Date of Graduation


Document Type


Degree Type



Eberly College of Arts and Sciences



Committee Chair

James B. McGraw.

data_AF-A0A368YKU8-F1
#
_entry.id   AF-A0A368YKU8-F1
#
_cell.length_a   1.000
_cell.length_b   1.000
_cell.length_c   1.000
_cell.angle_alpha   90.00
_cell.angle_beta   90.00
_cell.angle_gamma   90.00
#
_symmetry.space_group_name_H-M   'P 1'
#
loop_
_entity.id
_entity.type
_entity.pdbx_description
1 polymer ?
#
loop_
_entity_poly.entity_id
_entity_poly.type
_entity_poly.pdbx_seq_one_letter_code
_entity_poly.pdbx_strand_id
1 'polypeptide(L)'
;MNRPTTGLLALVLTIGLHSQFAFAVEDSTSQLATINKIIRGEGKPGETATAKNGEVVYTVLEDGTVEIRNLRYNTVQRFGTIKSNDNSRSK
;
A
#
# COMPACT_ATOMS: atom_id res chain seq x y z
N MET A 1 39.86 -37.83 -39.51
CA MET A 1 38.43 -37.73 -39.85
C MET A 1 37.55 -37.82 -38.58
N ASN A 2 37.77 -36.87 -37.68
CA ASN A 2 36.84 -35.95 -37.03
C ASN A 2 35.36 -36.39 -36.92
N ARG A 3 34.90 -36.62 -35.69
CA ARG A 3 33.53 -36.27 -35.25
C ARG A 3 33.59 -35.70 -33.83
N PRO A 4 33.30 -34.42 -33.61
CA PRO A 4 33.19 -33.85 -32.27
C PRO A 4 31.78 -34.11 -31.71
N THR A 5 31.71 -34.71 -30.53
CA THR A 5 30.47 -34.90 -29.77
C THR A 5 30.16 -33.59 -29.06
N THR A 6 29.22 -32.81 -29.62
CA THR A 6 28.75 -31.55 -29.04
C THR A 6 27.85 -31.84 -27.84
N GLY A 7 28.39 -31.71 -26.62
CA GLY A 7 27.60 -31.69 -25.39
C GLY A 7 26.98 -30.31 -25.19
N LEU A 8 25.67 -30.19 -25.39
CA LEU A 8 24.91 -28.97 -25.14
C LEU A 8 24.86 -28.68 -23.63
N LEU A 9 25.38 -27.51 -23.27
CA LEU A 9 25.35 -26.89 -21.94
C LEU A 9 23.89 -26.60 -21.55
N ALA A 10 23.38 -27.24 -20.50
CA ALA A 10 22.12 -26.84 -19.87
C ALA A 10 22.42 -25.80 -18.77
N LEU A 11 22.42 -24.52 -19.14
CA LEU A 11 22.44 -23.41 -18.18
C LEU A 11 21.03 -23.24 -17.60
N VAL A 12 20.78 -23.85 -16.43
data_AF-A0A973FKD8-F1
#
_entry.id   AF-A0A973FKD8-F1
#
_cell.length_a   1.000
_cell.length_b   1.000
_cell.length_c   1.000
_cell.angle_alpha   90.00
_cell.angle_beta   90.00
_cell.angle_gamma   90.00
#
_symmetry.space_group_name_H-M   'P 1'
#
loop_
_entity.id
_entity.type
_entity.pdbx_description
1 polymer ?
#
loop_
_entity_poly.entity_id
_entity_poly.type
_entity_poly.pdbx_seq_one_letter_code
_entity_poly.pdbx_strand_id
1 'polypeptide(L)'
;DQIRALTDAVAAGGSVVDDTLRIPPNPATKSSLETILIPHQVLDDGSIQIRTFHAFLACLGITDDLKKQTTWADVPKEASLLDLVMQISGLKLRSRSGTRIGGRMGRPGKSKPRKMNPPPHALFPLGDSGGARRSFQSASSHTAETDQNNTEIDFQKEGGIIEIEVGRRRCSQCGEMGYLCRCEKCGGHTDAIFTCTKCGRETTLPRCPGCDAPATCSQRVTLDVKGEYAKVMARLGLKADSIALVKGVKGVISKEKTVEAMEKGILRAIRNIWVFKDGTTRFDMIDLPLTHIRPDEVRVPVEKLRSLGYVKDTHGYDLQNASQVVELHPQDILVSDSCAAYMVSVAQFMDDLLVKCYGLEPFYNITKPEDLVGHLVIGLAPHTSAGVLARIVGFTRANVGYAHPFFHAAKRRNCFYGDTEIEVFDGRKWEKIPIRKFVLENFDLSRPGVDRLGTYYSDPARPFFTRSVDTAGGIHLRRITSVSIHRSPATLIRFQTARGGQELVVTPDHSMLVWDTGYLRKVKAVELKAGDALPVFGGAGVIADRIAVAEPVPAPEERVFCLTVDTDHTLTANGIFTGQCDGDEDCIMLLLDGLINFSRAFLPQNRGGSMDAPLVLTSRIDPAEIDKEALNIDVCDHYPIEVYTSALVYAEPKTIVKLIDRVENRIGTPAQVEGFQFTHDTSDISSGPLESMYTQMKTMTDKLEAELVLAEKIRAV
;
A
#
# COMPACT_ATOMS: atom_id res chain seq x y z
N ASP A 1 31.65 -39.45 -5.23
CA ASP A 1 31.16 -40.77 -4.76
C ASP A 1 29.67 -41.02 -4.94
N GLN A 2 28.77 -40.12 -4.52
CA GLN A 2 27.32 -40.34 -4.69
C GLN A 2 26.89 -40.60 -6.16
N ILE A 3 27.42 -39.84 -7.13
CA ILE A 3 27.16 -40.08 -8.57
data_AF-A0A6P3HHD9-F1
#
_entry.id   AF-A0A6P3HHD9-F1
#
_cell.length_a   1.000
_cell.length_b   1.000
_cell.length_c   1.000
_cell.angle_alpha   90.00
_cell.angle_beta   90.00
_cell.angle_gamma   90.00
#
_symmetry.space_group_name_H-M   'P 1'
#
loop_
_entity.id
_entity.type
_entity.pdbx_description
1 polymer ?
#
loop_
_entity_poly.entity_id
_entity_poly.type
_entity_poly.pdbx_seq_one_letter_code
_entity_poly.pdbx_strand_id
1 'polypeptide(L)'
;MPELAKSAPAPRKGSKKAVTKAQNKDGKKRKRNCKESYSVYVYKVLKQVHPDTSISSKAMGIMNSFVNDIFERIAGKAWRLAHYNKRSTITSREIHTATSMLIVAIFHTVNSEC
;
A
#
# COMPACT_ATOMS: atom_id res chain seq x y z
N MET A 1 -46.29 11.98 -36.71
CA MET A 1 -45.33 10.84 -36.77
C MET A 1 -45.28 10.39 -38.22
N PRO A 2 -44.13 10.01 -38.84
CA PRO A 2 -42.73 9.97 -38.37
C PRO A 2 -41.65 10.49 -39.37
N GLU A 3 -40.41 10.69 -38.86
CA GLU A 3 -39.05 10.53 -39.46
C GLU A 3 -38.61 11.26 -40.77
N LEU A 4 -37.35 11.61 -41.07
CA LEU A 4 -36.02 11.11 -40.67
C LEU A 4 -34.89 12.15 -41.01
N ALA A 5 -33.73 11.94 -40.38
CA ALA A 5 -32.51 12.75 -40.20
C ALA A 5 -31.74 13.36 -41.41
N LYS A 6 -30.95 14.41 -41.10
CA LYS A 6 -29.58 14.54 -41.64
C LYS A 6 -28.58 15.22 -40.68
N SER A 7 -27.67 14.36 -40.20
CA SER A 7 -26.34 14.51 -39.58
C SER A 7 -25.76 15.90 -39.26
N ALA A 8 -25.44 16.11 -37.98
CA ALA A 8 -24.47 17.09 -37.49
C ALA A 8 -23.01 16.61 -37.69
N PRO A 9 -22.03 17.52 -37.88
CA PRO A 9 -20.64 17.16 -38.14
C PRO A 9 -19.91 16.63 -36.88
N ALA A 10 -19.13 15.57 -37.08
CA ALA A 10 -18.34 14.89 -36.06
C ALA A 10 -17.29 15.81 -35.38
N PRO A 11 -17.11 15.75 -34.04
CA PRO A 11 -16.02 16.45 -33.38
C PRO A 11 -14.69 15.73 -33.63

American ginseng (Panax quinquefolius L.) is a wild-harvested perennial plant of the eastern deciduous forest. Harvest supplies world markets with roots used in Asian medicine, but this practice is fatal to plants. The objective of this research was to investigate the genetic and evolutionary consequences of harvest. As seen in animal species, harvest may alter size selection by preferentially removing large individuals. Chapter 2 describes my study of harvest's effects on size selection. From the simulated harvests, I observed that large-sized plants lose their fitness advantages in harvested populations. Harvest pressure could ultimately lead to population divergence if selected traits are genetically-based. As described in Chapter 3, I collected size, reproductive and age data from plants in 12 wild populations. I then used the proportion of seedlings and juvenile plants as a 'harvest index', which was based on the recovery of an experimentally-harvested population. In most study years, the age-size relationship varied with harvest index. In a separate common garden study, I also found that size differences were maintained among populations 3 to 4 years after transplantation, suggesting genetically-based variation. Harvest also reduces genetic diversity, which may lead to increased levels of inbreeding in affected populations. At the same time, unusual levels of outcrossing are possible because of 'restocking' with cultivated seeds. Chapter 4 describes the controlled crosses that I conducted to evaluate the effects of inbreeding and outcrossing with cultivated plants. The smaller size of seedlings produced from self-pollination relative to those from cross-pollination suggested inbreeding depression, but cultivated genotypes may confer accelerated growth not observed in the wild. As described in Chapter 5, I also examined the importance of genetic diversity to population growth rate. Eighteen populations were censused to obtain demographic data and their genetic diversity was assessed using neutral DNA markers (RAPD). Because of the descriptive nature of the data, I used path analysis to model and test for relationships among genetic diversity, population size and harvest pressure, and how these in turn affect population growth rate. From the results of the path analysis, harvest pressure had a negative influence on population growth, whereas genetic diversity contributed positively to population growth rates. Altogether, harvest may have far-reaching, unintended effects for populations of P. quinquefolius in the wild.